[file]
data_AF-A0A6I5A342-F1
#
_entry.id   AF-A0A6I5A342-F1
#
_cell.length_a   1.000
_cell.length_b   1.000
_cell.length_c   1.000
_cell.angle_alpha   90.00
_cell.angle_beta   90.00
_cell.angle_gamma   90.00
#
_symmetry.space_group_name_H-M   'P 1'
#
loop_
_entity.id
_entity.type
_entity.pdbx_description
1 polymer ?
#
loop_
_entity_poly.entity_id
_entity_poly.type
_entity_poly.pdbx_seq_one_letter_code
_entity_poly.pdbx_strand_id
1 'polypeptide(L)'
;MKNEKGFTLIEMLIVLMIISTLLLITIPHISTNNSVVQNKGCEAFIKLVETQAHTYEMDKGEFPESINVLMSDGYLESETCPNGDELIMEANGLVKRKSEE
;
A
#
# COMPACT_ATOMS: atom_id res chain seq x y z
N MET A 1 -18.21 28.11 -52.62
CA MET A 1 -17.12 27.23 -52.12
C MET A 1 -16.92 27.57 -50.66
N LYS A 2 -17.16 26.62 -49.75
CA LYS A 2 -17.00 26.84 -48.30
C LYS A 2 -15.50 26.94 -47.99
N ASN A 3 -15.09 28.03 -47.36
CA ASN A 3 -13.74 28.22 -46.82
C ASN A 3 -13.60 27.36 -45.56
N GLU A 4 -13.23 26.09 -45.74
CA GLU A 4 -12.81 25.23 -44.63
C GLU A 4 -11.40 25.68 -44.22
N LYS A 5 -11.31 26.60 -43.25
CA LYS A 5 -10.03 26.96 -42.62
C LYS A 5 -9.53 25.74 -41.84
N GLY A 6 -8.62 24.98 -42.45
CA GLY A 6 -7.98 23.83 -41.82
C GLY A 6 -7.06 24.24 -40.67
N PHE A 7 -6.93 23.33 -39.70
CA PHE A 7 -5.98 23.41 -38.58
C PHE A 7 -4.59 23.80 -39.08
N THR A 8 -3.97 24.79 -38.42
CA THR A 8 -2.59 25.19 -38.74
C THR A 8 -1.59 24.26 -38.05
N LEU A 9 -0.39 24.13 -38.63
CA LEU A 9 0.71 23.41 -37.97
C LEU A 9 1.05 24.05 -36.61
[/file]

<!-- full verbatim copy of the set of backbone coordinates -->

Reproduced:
data_AF-A0A6I5A342-F1
#
_entry.id   AF-A0A6I5A342-F1
#
_cell.length_a   1.000
_cell.length_b   1.000
_cell.length_c   1.000
_cell.angle_alpha   90.00
_cell.angle_beta   90.00
_cell.angle_gamma   90.00
#
_symmetry.space_group_name_H-M   'P 1'
#
loop_
_entity.id
_entity.type
_entity.pdbx_description
1 polymer ?
#
loop_
_entity_poly.entity_id
_entity_poly.type
_entity_poly.pdbx_seq_one_letter_code
_entity_poly.pdbx_strand_id
1 'polypeptide(L)'
;MKNEKGFTLIEMLIVLMIISTLLLITIPHISTNNSVVQNKGCEAFIKLVETQAHTYEMDKGEFPESINVLMSDGYLESETCPNGDELIMEANGLVKRKSEE
;
A
#
# COMPACT_ATOMS: atom_id res chain seq x y z
N MET A 1 -18.21 28.11 -52.62
CA MET A 1 -17.12 27.23 -52.12
C MET A 1 -16.92 27.57 -50.66
N LYS A 2 -17.16 26.62 -49.75
CA LYS A 2 -17.00 26.84 -48.30
C LYS A 2 -15.50 26.94 -47.99
N ASN A 3 -15.09 28.03 -47.36
CA ASN A 3 -13.74 28.22 -46.82
C ASN A 3 -13.60 27.36 -45.56
N GLU A 4 -13.23 26.09 -45.74
CA GLU A 4 -12.81 25.23 -44.63
C GLU A 4 -11.40 25.68 -44.22
N LYS A 5 -11.31 26.60 -43.25
CA LYS A 5 -10.03 26.96 -42.62
C LYS A 5 -9.53 25.74 -41.84
N GLY A 6 -8.62 24.98 -42.45
CA GLY A 6 -7.98 23.83 -41.82
C GLY A 6 -7.06 24.24 -40.67
N PHE A 7 -6.93 23.33 -39.70
CA PHE A 7 -5.98 23.41 -38.58
C PHE A 7 -4.59 23.80 -39.08
N THR A 8 -3.97 24.79 -38.42
CA THR A 8 -2.59 25.19 -38.74
C THR A 8 -1.59 24.26 -38.05
N LEU A 9 -0.39 24.13 -38.63
CA LEU A 9 0.71 23.41 -37.97
C LEU A 9 1.05 24.05 -36.61